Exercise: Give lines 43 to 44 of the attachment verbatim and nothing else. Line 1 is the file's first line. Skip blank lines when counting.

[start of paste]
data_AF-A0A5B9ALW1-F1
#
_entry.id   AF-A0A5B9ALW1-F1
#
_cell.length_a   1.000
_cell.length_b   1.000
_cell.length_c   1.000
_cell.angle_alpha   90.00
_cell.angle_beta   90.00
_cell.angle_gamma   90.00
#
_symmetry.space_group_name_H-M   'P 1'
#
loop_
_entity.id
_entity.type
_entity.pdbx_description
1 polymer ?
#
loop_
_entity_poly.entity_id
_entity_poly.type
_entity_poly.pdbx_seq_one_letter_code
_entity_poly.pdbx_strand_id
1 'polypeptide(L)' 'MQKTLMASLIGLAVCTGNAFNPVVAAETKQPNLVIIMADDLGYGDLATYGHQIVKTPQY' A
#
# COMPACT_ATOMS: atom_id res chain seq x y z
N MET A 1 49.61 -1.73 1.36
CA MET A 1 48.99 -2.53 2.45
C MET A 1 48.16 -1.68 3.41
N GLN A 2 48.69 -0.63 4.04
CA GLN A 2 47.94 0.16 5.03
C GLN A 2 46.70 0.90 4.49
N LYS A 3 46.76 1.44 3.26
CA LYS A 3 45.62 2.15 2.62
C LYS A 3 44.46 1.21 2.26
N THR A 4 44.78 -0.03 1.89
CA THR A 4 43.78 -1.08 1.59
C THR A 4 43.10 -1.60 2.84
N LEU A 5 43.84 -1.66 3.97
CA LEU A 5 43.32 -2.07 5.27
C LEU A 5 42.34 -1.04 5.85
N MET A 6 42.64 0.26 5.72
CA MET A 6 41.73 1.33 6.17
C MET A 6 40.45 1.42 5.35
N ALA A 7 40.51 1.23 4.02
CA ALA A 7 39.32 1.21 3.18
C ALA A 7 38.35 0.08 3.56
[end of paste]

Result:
N MET A 6 42.64 0.26 5.72
CA MET A 6 41.73 1.33 6.17